Black Lives Matter needs some tough love from Obama
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President Obama was generally applauded for his carefully balanced speech on Tuesday at the memorial service for the slain Dallas policemen. He emphasized that the "overwhelming majority of police officers do an incredibly hard and dangerous job fairly and professional[ly]." But no institution is entirely immune from racism, the president also asserted, "and that includes our police departments." As to anti-police protesters, Obama said, "When anyone, no matter how good their intentions may be, paints all police as biased, or bigoted, we undermine those officers that we depend on for our safety."

It's unlikely that anyone thought this last comment was directed to Black Lives Matter. Obama has been a strong supporter of that movement, even though Black Lives Matter "paints" police as systemically racist.

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Black Lives Matter came into existence in the wake of the 2012 shooting death of 17-year-old Trayvon Martin in Florida and the acquittal of his assailant, George Zimmerman, a neighborhood watch captain. Under the hashtag banner #BlackLivesMatter, activists used social media to organize protests against police misconduct and quickly gained a widely heard voice in the national dialogue over police conduct. Last October, Obama praised the Black Lives Movement for raising awareness of police shootings of unarmed black men; in February of this year, he invited Black Lives Matter activists to the White House, calling them "much better organizers than I was when I was their age and I am confident they are going to take America to new heights."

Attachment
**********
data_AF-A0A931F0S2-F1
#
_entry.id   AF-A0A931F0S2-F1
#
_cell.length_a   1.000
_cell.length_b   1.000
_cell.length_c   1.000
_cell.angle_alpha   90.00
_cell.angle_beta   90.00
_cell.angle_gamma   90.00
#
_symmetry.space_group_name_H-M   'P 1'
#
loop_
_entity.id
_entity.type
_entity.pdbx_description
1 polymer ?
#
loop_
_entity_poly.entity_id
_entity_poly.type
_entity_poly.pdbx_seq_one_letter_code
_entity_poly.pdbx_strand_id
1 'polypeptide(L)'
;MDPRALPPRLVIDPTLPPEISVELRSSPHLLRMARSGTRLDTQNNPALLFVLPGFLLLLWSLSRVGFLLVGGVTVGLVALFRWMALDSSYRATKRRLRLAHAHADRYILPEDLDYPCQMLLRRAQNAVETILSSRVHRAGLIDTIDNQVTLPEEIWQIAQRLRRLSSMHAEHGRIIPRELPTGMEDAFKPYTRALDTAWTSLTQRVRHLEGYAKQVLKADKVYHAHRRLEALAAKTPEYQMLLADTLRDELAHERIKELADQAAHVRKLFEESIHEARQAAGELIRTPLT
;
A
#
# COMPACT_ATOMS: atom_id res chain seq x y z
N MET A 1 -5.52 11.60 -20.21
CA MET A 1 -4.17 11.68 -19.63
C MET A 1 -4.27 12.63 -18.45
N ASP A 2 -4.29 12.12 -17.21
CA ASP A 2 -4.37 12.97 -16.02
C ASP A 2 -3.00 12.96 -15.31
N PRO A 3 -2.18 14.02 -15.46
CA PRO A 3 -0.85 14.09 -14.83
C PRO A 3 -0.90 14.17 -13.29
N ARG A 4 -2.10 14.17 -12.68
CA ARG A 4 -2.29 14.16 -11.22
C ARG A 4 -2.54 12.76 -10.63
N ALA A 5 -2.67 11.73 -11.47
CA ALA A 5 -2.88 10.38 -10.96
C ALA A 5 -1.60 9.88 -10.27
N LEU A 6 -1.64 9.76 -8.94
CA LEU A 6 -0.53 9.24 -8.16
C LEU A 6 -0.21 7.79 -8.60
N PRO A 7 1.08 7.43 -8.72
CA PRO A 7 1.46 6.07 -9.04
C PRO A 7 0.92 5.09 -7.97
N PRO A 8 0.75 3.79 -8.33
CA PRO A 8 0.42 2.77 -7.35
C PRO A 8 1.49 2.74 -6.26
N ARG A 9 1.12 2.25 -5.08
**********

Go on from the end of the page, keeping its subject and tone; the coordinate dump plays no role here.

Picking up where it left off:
That proposition is debatable. Black Lives Matter has attracted a variety of well-meaning supporters disturbed by the recent pattern of black deaths following encounters with white police officers. But social media-based movements like Black Lives Matter must be held accountable for what they say on social media.

The Black Lives Matter website embraces a theology of black suppression by a powerful white supremacist establishment, including the police. The organization describes itself as "an ideological and political intervention in a world where Black lives are systematically and intentionally targeted for demise." The website asserts that "Black poverty and genocide is state violence"; that "2.8 million Black people are locked in cages in this country is state violence"; and that African-Americans with "disabilities and different abilities" have been burdened by "Darwinian experiments that attempt to squeeze us into boxes of normality defined by white supremacy, and that is state violence."

This is not Martin Luther King Jr. and the Southern Christian Leadership Conference. It is closer to the Rev. Jeremiah Wright, Obama's former pastor in Chicago, whose infamous "God damn America" forced Obama to disavow him in the 2008 presidential campaign. Obama wants to bridge what he called in Dallas the "the deepest fault lines of our democracy." Black Lives Matter's theology won't help him achieve reconciliation because it is incompatible with Obama's core assertion that the overwhelming majority of policemen are not racists.

The president needs to start a tough-love dialogue with Black Lives Matter. He should remind its leaders of the statement posted on their own website in response to anger directed at the movement after the Dallas police murders: "To assign the actions of one person to an entire movement is dangerous and irresponsible." Ideological blinders prevent Black Lives Matter from appreciating that the police think Black Lives Matter is doing exactly that to them. Black Lives Matter's divisive rhetoric will not bring about reconciliation, let alone police reform; it will only make matters worse. The time has come for President Obama to tell them that, because his Dallas speech did not do the job.

Wallance, a writer and lawyer in New York City, and a former federal prosecutor, is the author most recently of "America's Soul in the Balance: The Holocaust, FDR's State Department, and the Moral Disgrace of an American Aristocracy."